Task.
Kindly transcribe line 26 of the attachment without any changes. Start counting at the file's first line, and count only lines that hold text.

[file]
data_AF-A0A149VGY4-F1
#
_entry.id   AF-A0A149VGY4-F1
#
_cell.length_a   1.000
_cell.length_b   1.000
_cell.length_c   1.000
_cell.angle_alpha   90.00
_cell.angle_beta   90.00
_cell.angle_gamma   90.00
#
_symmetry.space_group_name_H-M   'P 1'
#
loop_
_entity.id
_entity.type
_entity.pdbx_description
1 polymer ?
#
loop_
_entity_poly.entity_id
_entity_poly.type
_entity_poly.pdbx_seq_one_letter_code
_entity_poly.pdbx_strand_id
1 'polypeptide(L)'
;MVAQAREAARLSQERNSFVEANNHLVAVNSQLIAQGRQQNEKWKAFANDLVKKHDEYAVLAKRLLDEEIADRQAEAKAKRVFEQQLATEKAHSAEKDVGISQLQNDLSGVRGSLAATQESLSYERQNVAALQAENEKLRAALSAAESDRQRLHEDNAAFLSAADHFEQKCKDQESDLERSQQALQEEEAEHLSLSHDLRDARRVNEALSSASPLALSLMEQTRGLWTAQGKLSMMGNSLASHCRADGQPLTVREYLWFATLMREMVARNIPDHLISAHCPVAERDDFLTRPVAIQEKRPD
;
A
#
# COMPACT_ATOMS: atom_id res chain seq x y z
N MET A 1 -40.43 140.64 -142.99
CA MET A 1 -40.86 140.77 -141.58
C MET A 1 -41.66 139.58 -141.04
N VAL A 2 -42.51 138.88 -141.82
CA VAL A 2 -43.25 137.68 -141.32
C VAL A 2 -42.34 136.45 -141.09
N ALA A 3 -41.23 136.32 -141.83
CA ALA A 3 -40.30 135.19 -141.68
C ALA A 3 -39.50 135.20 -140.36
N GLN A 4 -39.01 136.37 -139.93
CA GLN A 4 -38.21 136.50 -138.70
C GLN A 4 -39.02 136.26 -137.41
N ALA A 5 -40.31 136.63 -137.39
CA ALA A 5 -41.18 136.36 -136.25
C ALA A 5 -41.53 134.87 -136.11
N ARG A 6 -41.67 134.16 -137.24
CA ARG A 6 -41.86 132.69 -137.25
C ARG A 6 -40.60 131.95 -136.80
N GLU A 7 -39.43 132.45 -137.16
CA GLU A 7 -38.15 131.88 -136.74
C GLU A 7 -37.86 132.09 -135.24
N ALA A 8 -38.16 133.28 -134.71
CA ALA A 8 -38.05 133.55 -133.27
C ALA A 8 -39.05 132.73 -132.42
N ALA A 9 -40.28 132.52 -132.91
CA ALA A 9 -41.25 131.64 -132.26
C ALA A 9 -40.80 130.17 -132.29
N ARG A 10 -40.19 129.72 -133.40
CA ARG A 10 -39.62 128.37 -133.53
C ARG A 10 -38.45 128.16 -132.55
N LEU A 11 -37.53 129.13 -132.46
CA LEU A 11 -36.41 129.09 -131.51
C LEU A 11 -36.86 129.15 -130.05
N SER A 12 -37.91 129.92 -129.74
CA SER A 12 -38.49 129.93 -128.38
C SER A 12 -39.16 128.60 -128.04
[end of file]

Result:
;MVAQAREAARLSQERNSFVEANNHLVAVNSQLIAQGRQQNEKWKAFANDLVKKHDEYAVLAKRLLDEEIADRQAEAKAKRVFEQQLATEKAHSAEKDVGISQLQNDLSGVRGSLAATQESLSYERQNVAALQAENEKLRAALSAAESDRQRLHEDNAAFLSAADHFEQKCKDQESDLERSQQALQEEEAEHLSLSHDLRDARRVNEALSSASPLALSLMEQTRGLWTAQGKLSMMGNSLASHCRADGQPLTVREYLWFATLMREMVARNIPDHLISAHCPVAERDDFLTRPVAIQEKRPD